A Heathers Reboot In 2018 Was Always A Terrible Idea

As the Paramount Channel once again shelf episodes of their controversial TV remake of Heathers, it’s time to admit the show was always a bad idea. In an age where remakes, reboots and re-imaginings are the creative bread and butter of the entertainment industry, and nostalgia for the pop culture of the 1980s is a lucrative well to tape, it seemed inevitable that someone would try to remake Heathers. The 1988 teen comedy, starring Winona Ryder and Christian Slater, is a cult favorite thanks to its pitch-black humor that went well beyond what its genre contemporaries were doing. While the film wasn't a hit upon release, it found great success on the rental market and quickly became one of the best high school movies of its era. Its cultural influence looms large, and it even has a successful off-Broadway musical adaptation. A remake seemed sensible enough.

However, when it was announced in 2016 that TV Land had ordered a series of Heathers set in the present day, the controversy was almost immediate. The rebooted series, written by Jason Micallef and Tom Rosenberg, would re-imagine the vicious Heathers as being a plus size woman, a genderqueer teen, and a biracial woman. The tyrannical bullies in charge of the high school were now the marginalized kids. While a satirical subversion of Heathers with such a cast seemed like an interesting idea in an abstract sense, it overlooked the cultural context and the misguided optics of a story about murder, suicide and bomb threats wherein the audience is intended to root against the demographics most likely to be the victims of teen violence.

Related: 25 Wild Truths Behind The Making Of Heathers

Heathers was moved from TV Land to the Paramount Network on March 2017 as part of that new channel's rebranding from its time as Spike. However, in February 2018, a month before its scheduled premiere, the show was delayed in light of the Stoneman Douglas High School shooting.

When the show finally arrived, it was met with terrible reviews, and in June 2018, it was announced that Paramount had dropped the series due to concerns over its content, as well as the tragedy of another school shooting in Santa Fe. Reports surfaced that they had tried to shop the series to other networks, such as Freeform and Netflix, but all passed. Eventually, in October 2018, it was revealed that the Paramount Network had reversed their decision and would air the season in its entirety over the course of one week. Edits had been made to the show and the episode count went from ten to nine. Then this week, it was revealed that an additional two episodes of the show would be pulled following the shooting at a synagogue in Pittsburgh that left 11 people dead.

Heathers is a movie of its time. It’s a deliberate subversion of its own generation and the output of teen comedies that saturated the pop culture landscape of the era. In those movies, everyone is obsessed with sex or grades or status but in Heathers, the endless hunt for popularity is turned into a sickly deadly game that exposes the true hollowness of high school fame. The high school of Heathers, which screenwriter Daniel Waters deliberately paralleled with the barracks in Full Metal Jacket, is a stifling hellscape that stands as a metaphor for the social brutalities of the Reagan era as well as a training ground for the smothering limitations of adult life. Everyone in that school knows that things aren't going to get any better for them, and in that twisted context, the fantasy of literally blowing everything up holds a lot of sway. Everyone does what the cool girls do and here, it's suicide. Heathers is bleak but hilariously so, and it only works in the context it created for itself.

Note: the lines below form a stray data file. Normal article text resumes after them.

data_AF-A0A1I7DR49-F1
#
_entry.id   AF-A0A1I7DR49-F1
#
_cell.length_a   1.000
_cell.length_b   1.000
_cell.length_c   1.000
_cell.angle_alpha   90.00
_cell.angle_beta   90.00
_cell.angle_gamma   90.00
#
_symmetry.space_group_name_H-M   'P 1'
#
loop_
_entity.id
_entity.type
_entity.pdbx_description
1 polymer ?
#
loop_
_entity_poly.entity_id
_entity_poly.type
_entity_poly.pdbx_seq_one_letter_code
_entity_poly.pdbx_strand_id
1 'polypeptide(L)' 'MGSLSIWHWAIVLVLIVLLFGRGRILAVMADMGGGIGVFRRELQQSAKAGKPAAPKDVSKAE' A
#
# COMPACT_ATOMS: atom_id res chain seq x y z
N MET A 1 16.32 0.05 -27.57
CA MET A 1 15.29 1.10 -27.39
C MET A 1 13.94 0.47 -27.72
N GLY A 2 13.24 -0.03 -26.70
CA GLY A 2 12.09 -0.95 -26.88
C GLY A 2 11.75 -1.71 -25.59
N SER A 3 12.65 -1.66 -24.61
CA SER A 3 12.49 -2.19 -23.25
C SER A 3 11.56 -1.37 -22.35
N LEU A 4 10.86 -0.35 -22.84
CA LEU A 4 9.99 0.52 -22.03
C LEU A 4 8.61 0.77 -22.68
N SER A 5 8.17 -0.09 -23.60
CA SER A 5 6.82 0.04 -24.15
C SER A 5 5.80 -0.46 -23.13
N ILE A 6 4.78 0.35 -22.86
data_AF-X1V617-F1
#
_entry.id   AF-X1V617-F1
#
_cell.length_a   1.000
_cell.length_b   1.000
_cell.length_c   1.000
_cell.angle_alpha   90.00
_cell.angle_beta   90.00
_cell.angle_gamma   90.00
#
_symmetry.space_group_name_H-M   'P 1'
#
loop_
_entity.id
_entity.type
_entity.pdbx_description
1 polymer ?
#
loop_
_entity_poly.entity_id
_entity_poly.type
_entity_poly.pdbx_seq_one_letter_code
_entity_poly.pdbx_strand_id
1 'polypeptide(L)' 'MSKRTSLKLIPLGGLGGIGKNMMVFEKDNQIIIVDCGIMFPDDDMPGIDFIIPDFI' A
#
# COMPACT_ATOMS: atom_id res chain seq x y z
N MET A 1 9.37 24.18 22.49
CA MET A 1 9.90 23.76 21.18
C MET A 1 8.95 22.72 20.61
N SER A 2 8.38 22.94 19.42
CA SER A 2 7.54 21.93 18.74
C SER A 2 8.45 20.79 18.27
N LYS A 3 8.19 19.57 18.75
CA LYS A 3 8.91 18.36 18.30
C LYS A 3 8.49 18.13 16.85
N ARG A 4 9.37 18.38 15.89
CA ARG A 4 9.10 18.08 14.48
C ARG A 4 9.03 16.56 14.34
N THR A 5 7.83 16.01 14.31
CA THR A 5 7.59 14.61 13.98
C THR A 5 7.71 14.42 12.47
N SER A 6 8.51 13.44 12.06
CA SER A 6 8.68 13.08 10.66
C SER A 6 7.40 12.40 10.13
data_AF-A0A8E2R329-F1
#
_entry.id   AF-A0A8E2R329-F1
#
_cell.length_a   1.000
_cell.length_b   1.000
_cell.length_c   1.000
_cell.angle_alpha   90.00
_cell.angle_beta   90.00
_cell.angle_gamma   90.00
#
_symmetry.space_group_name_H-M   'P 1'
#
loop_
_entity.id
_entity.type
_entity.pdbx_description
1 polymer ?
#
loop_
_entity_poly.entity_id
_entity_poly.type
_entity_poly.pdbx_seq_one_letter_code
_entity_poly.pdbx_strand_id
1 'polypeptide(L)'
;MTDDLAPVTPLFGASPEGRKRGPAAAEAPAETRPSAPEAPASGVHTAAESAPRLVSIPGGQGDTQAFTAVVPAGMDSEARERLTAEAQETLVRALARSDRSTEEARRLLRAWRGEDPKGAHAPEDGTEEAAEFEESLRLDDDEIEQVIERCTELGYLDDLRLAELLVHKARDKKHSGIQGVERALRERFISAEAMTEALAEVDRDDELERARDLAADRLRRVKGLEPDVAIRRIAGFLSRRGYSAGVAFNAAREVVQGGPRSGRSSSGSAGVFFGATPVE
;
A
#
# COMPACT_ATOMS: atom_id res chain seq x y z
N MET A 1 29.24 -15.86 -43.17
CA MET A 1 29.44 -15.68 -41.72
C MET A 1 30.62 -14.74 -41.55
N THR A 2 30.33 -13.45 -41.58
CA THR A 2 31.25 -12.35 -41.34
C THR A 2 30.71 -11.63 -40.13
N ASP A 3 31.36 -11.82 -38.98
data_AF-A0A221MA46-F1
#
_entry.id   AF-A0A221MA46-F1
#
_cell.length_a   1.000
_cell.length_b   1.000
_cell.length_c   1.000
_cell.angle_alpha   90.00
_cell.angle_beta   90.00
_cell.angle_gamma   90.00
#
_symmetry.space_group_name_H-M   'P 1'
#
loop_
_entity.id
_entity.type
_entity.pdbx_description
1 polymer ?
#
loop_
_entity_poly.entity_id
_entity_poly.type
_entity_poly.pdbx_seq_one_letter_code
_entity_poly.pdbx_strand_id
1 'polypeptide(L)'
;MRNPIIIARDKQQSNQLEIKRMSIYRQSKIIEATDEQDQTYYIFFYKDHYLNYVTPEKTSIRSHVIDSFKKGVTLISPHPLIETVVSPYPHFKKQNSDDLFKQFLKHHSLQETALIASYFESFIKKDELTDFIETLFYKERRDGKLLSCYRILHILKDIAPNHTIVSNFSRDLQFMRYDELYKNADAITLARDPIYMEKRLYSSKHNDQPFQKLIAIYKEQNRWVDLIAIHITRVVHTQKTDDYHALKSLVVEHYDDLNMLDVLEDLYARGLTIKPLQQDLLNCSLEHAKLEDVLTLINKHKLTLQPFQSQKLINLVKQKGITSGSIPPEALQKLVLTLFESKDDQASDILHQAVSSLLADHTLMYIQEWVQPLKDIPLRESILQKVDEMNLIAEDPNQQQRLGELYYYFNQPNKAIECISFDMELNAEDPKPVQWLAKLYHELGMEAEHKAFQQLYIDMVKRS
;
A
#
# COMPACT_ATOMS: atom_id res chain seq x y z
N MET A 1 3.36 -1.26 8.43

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In 2018, that kind of violent fantasy isn’t a harmless pipe-dream: It’s a fear that millions of American kids live with every day that could easily become a reality. Jokes about school shootings, preventative measures, and killing all the bullies with a bomb can be done well, but context matters, and the writing requires a level of finesse the reboot's writers apparently lacked. The morbid truth of the matter is that if the Paramount Network had to shelve or postpone every episode of Heathers whenever there was a mass shooting, the season would never fully air. Additionally, having the queer kids and the people of color be the ones the people root to die isn’t daring or subversive: It’s just reinforcing societal bigotry.

Remaking nostalgic favorites is always a creative quandary. These are stories that are completely and definitely of their time. You can’t take out certain elements and update them because then it won’t work, nor will it succeed if you simply lift the formula out of its era and put it into a new one without much thought. Paramount Network needed a familiar name to launch their new brand and appeal to young progressive audiences and nostalgia lovers alike, but Heathers was practically doomed from the beginning. It is unlikely we’ll ever see a second season, and that’s probably for the best.

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